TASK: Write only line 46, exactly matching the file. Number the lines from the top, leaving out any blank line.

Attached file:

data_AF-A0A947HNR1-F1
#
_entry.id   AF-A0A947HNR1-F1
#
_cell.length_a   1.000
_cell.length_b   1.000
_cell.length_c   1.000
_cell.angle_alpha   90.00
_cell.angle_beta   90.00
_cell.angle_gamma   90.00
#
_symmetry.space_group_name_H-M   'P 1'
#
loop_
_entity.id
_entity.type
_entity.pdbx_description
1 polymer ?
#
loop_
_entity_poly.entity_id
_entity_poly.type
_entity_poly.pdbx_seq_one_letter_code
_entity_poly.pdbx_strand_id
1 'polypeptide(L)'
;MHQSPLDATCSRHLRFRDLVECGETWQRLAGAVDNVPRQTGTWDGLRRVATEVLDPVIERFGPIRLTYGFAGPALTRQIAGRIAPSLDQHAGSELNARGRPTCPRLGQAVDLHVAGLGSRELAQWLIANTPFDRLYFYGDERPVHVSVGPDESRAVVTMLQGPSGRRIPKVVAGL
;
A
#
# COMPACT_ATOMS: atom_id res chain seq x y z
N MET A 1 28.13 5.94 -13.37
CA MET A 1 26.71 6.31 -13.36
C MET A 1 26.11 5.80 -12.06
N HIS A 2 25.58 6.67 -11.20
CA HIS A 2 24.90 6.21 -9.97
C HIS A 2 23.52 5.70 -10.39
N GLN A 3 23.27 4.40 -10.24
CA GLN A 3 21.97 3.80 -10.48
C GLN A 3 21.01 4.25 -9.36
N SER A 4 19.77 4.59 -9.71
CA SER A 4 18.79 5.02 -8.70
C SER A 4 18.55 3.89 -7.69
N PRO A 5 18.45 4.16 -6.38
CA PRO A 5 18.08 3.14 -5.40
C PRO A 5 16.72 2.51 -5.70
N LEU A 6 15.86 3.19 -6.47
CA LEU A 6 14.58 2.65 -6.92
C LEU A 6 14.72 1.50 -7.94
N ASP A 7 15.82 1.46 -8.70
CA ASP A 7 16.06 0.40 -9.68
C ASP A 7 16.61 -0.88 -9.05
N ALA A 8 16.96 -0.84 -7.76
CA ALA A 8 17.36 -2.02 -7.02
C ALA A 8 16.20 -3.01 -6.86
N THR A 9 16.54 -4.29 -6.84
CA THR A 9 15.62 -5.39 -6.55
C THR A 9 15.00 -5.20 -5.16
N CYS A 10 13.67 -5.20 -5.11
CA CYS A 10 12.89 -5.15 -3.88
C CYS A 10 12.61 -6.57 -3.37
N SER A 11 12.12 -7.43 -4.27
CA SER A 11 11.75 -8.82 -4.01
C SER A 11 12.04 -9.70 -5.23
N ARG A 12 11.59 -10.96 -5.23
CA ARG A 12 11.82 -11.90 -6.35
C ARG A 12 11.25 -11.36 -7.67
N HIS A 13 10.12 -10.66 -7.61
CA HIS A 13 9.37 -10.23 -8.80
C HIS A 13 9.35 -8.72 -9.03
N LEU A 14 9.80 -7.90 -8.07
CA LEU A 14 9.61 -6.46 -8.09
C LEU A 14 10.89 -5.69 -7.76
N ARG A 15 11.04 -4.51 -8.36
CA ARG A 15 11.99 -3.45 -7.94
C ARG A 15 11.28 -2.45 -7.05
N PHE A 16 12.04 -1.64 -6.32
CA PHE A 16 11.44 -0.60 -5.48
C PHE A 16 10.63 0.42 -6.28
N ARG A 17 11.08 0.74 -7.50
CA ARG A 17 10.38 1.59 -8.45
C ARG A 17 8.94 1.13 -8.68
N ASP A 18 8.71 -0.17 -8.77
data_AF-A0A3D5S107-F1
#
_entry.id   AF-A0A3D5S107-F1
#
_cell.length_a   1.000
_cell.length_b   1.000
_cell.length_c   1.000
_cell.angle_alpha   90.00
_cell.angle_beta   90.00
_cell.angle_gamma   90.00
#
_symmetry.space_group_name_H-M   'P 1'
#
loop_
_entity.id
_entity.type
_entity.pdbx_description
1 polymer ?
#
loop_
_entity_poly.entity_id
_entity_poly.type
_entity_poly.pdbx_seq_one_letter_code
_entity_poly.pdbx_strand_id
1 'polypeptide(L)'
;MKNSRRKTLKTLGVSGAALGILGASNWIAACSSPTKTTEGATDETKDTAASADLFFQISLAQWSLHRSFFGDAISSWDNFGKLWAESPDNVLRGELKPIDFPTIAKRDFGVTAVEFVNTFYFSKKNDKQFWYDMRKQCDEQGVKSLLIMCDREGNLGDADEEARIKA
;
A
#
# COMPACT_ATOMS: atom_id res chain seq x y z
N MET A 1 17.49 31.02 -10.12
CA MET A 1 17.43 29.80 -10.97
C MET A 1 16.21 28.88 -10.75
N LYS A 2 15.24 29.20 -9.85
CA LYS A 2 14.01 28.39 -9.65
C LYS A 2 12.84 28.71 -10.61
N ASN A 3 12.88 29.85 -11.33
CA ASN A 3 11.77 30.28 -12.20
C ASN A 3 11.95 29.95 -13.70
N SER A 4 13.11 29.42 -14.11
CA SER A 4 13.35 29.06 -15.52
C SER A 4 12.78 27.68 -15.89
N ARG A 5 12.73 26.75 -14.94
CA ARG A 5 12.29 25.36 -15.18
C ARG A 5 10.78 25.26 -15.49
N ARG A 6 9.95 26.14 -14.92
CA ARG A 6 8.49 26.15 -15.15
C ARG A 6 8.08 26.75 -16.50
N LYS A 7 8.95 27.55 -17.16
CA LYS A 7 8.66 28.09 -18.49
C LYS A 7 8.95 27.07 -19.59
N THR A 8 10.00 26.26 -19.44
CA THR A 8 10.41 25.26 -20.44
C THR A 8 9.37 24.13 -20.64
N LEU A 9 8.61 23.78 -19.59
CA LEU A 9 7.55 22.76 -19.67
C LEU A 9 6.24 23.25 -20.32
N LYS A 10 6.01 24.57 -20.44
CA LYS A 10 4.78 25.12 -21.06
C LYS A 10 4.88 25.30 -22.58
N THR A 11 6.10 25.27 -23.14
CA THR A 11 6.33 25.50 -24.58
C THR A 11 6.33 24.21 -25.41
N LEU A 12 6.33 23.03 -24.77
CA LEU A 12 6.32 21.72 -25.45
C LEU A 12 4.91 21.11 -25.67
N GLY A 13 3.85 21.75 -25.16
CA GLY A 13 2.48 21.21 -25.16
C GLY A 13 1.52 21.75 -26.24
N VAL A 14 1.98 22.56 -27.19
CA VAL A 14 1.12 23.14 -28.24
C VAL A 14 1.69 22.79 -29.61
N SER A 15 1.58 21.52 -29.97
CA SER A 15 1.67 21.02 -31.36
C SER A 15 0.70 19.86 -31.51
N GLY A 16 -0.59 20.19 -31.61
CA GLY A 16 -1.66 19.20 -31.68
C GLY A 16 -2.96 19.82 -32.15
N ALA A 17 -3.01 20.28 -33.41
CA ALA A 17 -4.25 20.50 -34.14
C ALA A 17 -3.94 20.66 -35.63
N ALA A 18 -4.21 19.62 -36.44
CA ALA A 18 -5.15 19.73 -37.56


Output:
N LEU A 6 15.86 3.19 -6.47